deafening silence fills the air, faces are turned towards the
ground, shoulders are sloped, even the traffic moves slowly and
silently. How can this be? Its 10.30am on Friday morning in one
of Latin Americas biggest and noisiest cities!
week started with the city covered in a dense fog, you could
hardly see buildings just a few blocks way, and
the top floors
of apartment towers had disappeared. The Argentines call this a “London
fog” and even though they don’t need reminding it keeps
their minds focused on their next World Cup opponent, England.
After the win over Nigeria where the team looked assured and composed
most Argentines are looking forward confidently to the match against
England. England are respected opponents but played poorly in their
first game against Sweden, struggling to a 1-1 draw. More importantly
Argentina has not lost to England since the 1966 World Cup.
week long the city prepares for a giant “fiesta”,
special arrangements are made so that school children can watch
the game at school or arrive late, public administrations change
their hours so employees can watch the game, and companies install
televisions and big screens so that staff are tempted to come to
work. After so much recent doom and gloom it is easy for Argentines
to get excited about the World Cup.
talk during the week has been about David Beckham and his 4-year
nightmare after he was sent off in the match in
when Argentina eliminated England, about Diego Maradona’s “Hand
of God” and sensational second goal at the 1986 World Cup
in Mexico, and also about the Falklands war. Argentina’s
leading goal scorer Gabriel Batistuta said that it was an important
game but no different from that against Nigeria, and that it was
not about history or politics. He also remembered with sadness
a friend who was killed in “Las Malvinas”
Friday the fog is gone and Buenos Aires wakes to a beautiful
spring day, the sky is the same brilliant blue
flag and it seems like the Gods are smiling on Argentina.
For the game my daughter Natalia and I are going to the America
cinema, one of a number of cinemas who are showing the game, as
we walk through the deserted and silent streets before kick-off
we wonder what the noise will be like after the game. In the plaza
beggars sleep undisturbed, oblivious to the fervour that has kept
many Argentines sleepless with nervous anticipation.
The cinema is charged with emotion, and when the game gets underway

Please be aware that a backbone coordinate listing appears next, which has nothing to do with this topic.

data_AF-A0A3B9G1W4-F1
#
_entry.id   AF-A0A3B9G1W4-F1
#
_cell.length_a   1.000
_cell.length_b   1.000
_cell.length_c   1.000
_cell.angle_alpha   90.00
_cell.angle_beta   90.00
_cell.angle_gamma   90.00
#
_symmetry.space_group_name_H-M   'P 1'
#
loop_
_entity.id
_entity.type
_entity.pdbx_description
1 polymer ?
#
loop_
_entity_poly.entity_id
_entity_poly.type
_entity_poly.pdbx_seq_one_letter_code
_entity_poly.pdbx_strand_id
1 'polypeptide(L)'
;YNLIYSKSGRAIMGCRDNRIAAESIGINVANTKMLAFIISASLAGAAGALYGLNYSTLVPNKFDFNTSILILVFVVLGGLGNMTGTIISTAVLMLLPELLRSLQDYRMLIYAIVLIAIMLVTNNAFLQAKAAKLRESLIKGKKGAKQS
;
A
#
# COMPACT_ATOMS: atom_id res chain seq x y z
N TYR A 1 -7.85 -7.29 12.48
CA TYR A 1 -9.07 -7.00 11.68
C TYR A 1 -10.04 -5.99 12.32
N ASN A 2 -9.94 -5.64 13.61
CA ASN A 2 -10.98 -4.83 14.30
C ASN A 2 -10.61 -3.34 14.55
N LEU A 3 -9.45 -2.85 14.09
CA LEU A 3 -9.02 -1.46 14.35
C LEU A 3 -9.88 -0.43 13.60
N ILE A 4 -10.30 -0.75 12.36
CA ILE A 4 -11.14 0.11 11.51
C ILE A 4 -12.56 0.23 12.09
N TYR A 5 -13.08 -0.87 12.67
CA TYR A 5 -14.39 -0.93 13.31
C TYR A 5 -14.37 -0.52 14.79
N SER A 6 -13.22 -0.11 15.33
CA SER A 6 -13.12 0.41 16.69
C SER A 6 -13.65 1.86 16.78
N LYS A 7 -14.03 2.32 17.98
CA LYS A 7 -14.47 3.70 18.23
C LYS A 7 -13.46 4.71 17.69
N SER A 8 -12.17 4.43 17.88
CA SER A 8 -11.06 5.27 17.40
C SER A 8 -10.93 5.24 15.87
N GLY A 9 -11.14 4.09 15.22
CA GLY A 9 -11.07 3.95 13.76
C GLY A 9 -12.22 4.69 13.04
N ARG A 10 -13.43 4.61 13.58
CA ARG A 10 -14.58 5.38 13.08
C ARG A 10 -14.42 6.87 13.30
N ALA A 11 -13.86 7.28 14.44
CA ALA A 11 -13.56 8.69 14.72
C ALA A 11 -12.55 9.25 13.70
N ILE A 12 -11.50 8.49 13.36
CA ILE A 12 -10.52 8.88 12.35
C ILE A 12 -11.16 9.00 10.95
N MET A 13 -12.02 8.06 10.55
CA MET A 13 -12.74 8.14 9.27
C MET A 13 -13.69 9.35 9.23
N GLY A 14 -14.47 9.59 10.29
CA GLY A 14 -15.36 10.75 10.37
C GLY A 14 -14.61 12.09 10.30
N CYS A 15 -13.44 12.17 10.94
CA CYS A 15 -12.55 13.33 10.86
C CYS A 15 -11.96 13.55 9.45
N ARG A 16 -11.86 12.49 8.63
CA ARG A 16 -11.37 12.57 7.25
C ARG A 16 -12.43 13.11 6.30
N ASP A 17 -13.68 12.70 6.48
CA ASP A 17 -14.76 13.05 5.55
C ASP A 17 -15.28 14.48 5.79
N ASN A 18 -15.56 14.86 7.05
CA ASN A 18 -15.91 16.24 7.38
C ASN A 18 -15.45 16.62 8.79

the air is loaded and heavy with pride, hope and expectation, you
can feel it. It is a powerful and moving experience as hundreds
of fans sit in the darkness and urge the team on.
start the game well enough but it isn’t long until
England make their presence felt, for all Argentina’s confidence
it is England who are winning the 50/50 balls, and creating space
and chances. You can feel that England want this game, they need
to win this one to stay alive, and are playing like it is the World
Cup Final. It is luck that keeps England scoreless when lightning
fast Michael Owen gets through the defence and his shot glances
off the goal post. As halftime approaches Owen is tripped inside
the area and England are awarded a penalty. A stunned silence falls
over the cinema as Beckham steps up and bangs the ball into the
net for a 1-0 halftime lead to England.
general Juan Sebastian Veron is subbed at half time and on in
his place is rising star Pablo Aimar.
Things look a little
better for Argentina but they cant break through the rock like
English defence fortified by a burning desire to win. Instead it
is England who have the chance to go further ahead but excellent
reflexes from Pablo Cavallero keeps out shots from Owen, Scholes,
and Sheringham. Argentina pile on the pressure in the last 15 minutes,
cheered on by fans thousands of kilometres away and look like they
could score but it isn’t to be. The final whistle goes with
England still ahead 1-0.
the America cinema the fans quietly leave their seats and head
home or to work, we sit for a while in the painful
quiet with others
also too stunned to move and reflect on what might have been. At
10.30 on Friday morning Argentina’s planned celebrations
have been extinguished before they could even be ignited and David
Beckham has put his 4-year nightmare to bed. The silence
With their first defeat in nearly 2 years heavy in their hearts
and minds Argentina would do well to remember that “In
order to succeed you must first learn how to fail”. There
is still plenty to play for and a win over Sweden next Wednesday
will keep the dream alive.